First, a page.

Professor says 'threshold' scheme will fail because it is too complex, report Warwick Mansell and Amanda Kelly
THE Government's performance-related pay scheme for teachers has been condemned as potentially "unworkable".
Recruitment expert Professor Alan Smithers said this week that the scheme was too complex and could put off prospective teachers.
He added that, in order to attract the staff the profession needed, the Government would have to pay teachers an extra pound;18 billion a year - equivalent to seven pence in the pound on the basic rate of income tax.
The claims from Professor Smithers, head of Liverpool University's centre for education research, echoed a separate warning from heads' leaders that performance pay alone would not avert a dire shortfall in teacher supply.
Meanwhile, the Conservatives condemned the key plank of the Government's pay proposals - pound;2,000 bonus payments for good teachers with experience - as a "sham". The Tories were responding to reports that nine out of 10 applicants will get the bonus.
Based on the pilot of the scheme, heads' leaders expect the success rate to be at least 90 per cent.
But, in his research published this week, Prof Smithers said similar performance pay schemes introduced around the world had either failed or had had to be radically changed.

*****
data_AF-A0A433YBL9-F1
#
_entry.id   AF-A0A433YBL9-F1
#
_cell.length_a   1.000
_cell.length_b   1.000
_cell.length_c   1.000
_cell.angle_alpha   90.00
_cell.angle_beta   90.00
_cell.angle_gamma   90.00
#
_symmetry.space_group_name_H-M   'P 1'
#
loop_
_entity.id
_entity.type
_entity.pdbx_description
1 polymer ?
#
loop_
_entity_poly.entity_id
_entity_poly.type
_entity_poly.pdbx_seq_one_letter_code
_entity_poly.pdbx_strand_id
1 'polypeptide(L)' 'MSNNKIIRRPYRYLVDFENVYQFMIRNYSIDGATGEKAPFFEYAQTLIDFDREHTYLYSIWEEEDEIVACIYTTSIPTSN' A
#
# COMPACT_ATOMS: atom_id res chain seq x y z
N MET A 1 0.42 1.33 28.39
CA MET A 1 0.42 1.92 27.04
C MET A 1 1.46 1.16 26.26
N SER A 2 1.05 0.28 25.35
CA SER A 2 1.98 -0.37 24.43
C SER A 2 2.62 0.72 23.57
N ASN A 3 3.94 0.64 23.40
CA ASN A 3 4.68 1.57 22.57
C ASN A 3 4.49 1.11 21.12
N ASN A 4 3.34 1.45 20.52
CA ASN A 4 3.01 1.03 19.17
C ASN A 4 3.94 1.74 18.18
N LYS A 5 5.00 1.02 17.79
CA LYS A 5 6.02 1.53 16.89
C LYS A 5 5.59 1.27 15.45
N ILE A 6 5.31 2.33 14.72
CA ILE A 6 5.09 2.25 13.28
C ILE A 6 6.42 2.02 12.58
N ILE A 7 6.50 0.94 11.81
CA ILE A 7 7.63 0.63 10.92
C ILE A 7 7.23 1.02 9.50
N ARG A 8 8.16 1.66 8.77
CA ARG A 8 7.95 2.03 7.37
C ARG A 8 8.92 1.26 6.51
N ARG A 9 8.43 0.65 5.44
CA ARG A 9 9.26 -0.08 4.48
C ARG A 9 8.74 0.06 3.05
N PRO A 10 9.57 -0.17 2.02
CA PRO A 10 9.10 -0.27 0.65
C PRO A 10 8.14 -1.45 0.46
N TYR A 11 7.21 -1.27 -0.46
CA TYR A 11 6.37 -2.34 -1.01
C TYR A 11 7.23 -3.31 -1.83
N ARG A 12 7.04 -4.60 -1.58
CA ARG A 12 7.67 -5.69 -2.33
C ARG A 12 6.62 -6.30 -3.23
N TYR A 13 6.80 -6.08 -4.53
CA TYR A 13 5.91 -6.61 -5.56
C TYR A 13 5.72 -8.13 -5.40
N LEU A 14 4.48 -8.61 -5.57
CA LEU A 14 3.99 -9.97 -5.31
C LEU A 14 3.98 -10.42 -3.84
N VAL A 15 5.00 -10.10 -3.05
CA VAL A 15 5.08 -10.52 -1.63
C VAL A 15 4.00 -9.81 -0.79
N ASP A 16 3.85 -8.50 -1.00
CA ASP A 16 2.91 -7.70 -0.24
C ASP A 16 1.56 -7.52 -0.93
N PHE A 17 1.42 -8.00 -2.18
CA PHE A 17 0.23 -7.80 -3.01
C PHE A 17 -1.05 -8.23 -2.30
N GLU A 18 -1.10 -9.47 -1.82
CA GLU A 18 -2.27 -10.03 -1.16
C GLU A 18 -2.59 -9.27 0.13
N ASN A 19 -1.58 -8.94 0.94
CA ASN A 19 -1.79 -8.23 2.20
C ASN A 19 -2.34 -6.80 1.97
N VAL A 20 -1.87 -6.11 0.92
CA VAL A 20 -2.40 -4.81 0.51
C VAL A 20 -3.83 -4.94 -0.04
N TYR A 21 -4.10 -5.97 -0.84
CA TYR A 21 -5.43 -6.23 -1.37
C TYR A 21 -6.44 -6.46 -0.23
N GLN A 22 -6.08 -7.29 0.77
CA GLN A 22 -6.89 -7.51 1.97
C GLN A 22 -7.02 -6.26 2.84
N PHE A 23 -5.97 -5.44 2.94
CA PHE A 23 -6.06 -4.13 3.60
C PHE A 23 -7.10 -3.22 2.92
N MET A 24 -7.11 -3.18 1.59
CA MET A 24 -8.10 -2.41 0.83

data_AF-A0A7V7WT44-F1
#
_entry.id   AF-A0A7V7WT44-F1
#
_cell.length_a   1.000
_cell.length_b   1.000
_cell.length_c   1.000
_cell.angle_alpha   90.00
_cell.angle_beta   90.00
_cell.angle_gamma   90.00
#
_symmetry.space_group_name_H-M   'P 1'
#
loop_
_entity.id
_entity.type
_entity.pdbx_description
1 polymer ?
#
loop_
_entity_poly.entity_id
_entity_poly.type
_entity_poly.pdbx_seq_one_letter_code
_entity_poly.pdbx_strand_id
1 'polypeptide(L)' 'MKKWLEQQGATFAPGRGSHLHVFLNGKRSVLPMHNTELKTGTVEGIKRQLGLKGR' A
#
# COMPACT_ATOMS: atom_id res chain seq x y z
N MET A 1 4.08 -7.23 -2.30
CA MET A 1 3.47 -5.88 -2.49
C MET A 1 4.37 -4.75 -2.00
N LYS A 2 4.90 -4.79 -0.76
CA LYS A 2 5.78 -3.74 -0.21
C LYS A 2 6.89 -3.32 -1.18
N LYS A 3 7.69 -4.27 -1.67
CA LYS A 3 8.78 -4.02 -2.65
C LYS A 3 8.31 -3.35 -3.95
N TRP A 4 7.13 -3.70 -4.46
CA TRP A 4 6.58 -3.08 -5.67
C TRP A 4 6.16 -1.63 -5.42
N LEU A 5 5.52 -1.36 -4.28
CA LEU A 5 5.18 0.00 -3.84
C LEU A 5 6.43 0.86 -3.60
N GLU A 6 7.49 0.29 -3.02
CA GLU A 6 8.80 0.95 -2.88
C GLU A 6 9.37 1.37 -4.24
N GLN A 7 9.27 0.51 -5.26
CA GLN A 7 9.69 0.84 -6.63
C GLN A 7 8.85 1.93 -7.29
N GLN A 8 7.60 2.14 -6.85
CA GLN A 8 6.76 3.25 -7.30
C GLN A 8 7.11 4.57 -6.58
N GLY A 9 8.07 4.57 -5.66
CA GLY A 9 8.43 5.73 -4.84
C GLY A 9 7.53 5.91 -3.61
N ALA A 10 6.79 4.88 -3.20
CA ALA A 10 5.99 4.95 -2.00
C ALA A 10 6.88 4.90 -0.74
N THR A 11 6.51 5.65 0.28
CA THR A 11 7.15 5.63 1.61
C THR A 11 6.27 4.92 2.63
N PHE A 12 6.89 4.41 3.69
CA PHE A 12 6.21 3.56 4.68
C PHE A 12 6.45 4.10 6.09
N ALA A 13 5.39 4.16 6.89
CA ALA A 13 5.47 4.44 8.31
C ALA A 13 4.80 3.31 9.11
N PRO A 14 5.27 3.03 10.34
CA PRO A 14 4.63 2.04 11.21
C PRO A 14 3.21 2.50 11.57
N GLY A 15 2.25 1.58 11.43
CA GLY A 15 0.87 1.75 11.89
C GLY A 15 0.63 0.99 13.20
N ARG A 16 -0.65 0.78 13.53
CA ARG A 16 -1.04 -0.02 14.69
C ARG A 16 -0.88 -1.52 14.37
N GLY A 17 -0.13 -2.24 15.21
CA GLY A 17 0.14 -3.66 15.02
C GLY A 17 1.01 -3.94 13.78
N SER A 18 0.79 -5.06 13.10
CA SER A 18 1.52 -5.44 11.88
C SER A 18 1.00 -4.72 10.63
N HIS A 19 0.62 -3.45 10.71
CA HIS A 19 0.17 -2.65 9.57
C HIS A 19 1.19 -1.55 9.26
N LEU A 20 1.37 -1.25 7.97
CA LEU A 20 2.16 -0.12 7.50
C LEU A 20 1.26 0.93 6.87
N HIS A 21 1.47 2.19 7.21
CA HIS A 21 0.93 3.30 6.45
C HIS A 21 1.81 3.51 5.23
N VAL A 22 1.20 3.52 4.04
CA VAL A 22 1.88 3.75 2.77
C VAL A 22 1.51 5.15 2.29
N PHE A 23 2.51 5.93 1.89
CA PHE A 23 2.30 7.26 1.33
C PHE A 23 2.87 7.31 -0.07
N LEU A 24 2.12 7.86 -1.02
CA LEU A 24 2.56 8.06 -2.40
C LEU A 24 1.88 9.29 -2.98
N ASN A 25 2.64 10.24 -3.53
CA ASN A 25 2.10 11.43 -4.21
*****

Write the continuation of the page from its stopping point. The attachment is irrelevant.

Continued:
The Government introduced three major reforms as well as the pound;2,000 "threshold" payments: performance management, fast-track promotion and the new advanced skills teacher grade.
But the four schemes relied on quite different assessment criteria, suggesting the Govenment had no clear concept of what constituted a good teacher.
The complexity of the threshold system also laid it open to legal challenges from teachers missing out on payments.
"We suspect that the Blair government's proposals will prove unworkable if only because of their complexity - which betrays a lack of understanding of what good teaching involves," said Professor Smithers and his colleague Dr Pamela Robinson.
Even with the pound;2,000 bonuses for experienced teachers, nearly half in the state sector would be earning under pound;26,000 a year, a figure unlikely to persuade graduates to shun other professions or private schools.
Meanwhile, in a letter to the School Teachers' Review Body, the National Association of Headteachers this week said it would be a serious mistake for the Government to rely on the new pay structure to boost recruitment and retention.
The claim comes amid fears that schools all over the country will start the new year with massive staff shortages that will force them to continue relying on unqualified and supply teachers.
Research by the Secondary Heads Association showed that, in London suburbs, only 56 per cent of teaching vacancies were being filled, while 50 per cent of heads surveyed wanted to leave the profession. John Dunford, the association's general secretary, said that only a significant improvement in pay and conditions would ease the situation.
A Government spokeswoman denied the threshold scheme was overly complex, adding that performance pay was an accepted part of working life in many other professions Leader, 8